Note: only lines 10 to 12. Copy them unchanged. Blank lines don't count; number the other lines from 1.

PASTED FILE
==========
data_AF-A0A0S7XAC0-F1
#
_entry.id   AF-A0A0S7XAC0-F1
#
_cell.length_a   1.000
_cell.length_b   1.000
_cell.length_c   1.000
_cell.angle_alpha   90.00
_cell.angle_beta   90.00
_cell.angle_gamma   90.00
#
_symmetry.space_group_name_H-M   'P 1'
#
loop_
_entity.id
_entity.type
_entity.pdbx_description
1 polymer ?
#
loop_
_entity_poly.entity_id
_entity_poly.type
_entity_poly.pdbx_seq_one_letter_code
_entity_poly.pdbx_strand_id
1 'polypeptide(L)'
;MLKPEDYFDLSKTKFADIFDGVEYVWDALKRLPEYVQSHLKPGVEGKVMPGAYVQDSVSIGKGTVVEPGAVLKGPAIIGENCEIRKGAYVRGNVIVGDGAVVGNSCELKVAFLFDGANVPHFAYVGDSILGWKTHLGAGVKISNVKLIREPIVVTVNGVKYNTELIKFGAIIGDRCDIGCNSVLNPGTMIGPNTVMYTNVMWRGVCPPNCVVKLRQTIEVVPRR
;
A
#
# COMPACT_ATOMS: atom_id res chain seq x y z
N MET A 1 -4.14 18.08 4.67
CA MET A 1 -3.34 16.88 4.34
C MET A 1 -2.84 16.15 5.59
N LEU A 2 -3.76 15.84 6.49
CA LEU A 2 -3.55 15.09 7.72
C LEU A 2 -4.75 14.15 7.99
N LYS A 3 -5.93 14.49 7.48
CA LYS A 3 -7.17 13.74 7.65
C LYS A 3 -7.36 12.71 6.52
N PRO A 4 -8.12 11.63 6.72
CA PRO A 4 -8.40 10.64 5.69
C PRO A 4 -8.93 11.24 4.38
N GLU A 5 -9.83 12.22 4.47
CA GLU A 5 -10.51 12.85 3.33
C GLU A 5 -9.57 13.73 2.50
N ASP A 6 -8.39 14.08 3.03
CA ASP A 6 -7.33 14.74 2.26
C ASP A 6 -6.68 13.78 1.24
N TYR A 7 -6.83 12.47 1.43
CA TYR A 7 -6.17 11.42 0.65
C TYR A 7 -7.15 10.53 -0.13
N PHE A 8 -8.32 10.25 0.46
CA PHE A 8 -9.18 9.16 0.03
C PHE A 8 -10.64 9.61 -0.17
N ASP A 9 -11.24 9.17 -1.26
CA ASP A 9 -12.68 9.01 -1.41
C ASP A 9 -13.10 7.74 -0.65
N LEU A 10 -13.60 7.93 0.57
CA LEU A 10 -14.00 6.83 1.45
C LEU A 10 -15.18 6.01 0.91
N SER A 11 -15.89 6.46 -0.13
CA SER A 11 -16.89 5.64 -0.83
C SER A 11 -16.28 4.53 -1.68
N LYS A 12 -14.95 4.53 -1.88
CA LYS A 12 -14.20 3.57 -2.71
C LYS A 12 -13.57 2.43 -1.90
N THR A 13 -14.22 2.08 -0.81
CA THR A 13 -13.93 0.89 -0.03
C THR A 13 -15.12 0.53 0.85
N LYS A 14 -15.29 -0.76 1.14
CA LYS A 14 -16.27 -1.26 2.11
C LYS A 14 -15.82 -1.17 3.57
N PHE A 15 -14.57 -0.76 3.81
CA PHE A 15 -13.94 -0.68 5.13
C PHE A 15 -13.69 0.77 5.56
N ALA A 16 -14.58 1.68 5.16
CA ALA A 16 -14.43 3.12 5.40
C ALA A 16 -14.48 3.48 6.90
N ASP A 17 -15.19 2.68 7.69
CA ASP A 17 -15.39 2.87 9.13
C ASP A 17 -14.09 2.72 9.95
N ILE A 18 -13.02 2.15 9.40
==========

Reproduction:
_cell.angle_gamma   90.00
#
_symmetry.space_group_name_H-M   'P 1'